Towards the end of the autumn term, having occasion one cold day to take down a volume of Plato from its shelf, he found to his surprise that the book was quite warm. A closer examination easily explained to him the reason—namely, that the flue of a chimney, passing behind one end of the bookcase, sensibly heated not only the wall itself, but also the books in the shelves. Although he had been in his rooms now near three years, he had never before observed this fact; partly, no doubt, because the books in these shelves were seldom handled, being more for show as specimens of bindings than for practical use. He was somewhat annoyed at this discovery, fearing lest such a heat, which in moderation is beneficial to books, might through its excess warp the leather or otherwise injure the bindings. Mr. Gaskell was sitting with him at the time of the discovery, and indeed it was for his use that my brother had taken down the volume of Plato. He strongly advised that the bookcase should be moved, and suggested that it would be better to place it across that end of the room where the pianoforte then stood. They examined it and found that it would easily admit of removal, being, in fact, only the frame of a bookcase, and showing at the back the painted panelling of the wall. Mr. Gaskell noted it as curious that all the shelves were fixed and immovable except one at the end, which had been fitted with the ordinary arrangement allowing its position to be altered at will. My brother thought that the change would improve the appearance of his rooms, besides being advantageous for the books, and gave instructions to the college upholsterer to have the necessary work carried out at once.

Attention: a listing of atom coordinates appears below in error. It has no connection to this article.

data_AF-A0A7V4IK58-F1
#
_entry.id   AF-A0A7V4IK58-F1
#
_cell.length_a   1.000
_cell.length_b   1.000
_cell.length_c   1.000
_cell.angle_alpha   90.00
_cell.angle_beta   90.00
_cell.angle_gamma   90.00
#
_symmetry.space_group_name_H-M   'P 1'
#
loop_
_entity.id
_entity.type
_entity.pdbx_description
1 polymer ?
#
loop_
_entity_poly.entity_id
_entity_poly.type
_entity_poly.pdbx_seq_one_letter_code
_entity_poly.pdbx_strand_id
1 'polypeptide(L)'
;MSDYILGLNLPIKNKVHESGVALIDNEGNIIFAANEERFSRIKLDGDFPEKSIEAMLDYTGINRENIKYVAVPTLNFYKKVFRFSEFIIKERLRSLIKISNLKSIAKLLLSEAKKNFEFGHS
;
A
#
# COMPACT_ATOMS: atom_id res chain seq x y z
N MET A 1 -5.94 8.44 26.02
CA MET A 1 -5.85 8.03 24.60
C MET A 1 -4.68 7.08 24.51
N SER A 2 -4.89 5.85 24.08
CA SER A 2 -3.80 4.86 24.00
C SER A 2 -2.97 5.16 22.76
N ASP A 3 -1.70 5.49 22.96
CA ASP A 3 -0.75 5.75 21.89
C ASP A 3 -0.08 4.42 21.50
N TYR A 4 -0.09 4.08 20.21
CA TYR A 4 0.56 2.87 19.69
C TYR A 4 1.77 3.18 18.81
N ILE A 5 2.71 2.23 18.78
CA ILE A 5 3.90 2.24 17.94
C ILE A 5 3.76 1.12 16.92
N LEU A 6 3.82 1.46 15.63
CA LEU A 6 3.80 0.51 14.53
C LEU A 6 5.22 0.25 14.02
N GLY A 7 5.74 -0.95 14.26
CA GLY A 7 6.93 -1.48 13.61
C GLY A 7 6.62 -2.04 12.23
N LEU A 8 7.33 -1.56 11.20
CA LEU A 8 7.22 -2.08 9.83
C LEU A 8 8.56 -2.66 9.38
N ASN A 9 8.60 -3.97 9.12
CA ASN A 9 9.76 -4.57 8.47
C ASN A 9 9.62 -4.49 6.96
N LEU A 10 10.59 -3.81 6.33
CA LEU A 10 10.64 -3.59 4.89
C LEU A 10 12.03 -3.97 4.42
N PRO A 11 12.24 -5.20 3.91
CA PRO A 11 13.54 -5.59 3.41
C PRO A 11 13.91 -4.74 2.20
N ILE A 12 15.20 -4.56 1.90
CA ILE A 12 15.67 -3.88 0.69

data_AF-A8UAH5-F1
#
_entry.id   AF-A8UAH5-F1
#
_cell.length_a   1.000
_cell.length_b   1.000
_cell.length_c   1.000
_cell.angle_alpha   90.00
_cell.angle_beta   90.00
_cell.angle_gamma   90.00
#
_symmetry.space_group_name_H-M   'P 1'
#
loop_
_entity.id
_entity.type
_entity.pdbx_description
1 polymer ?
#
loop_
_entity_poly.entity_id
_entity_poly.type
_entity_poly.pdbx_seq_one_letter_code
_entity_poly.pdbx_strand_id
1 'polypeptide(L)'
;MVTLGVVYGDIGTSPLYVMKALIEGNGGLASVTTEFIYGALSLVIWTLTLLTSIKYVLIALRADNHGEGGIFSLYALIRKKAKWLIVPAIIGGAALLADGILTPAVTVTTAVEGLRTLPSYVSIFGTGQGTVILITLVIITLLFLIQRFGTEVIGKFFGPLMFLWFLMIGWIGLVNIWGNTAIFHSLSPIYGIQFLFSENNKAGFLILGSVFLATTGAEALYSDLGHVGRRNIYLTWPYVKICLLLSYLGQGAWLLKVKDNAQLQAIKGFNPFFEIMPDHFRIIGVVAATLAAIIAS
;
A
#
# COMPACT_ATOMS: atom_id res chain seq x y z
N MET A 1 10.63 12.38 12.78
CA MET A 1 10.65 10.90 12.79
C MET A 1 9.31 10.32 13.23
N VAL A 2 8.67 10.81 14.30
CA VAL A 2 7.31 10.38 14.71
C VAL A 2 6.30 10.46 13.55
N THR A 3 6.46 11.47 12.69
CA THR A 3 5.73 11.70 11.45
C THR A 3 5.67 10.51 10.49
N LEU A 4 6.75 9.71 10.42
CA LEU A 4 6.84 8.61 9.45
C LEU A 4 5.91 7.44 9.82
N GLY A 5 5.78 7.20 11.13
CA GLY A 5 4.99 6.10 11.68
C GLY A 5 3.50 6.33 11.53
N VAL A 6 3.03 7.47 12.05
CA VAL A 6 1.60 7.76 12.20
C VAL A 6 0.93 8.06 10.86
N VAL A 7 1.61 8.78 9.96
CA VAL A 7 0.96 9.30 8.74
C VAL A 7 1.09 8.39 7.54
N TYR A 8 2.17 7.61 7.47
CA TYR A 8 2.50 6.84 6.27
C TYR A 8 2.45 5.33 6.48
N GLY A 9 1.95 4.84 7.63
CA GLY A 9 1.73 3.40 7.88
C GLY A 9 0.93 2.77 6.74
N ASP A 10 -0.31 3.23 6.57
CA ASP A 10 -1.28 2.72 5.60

The two young men had resumed their musical studies, and had often played the "Areopagita" and other music of Graziani since their return to Oxford in the Autumn. They remarked, however, that the chair no longer creaked during the Gagliarda—and, in fact, that no unusual occurrence whatever attended its performance. At times they were almost tempted to doubt the accuracy of their own remembrances, and to consider as entirely mythical the mystery which had so much disturbed them in the summer term. My brother had also pointed out to Mr. Gaskell my discovery that the coat of arms on the outside of the music-book was identical with that which his fancy portrayed on the musicians' gallery. He readily admitted that he must at some time have noticed and afterwards forgotten the blazon on the book, and that an unconscious reminiscence of it had no doubt inspired his imagination in this instance. He rebuked my brother for having agitated me unnecessarily by telling me at all of so idle a tale; and was pleased to write a few lines to me at Worth Maltravers, felicitating me on my shrewdness of perception, but speaking banteringly of the whole matter.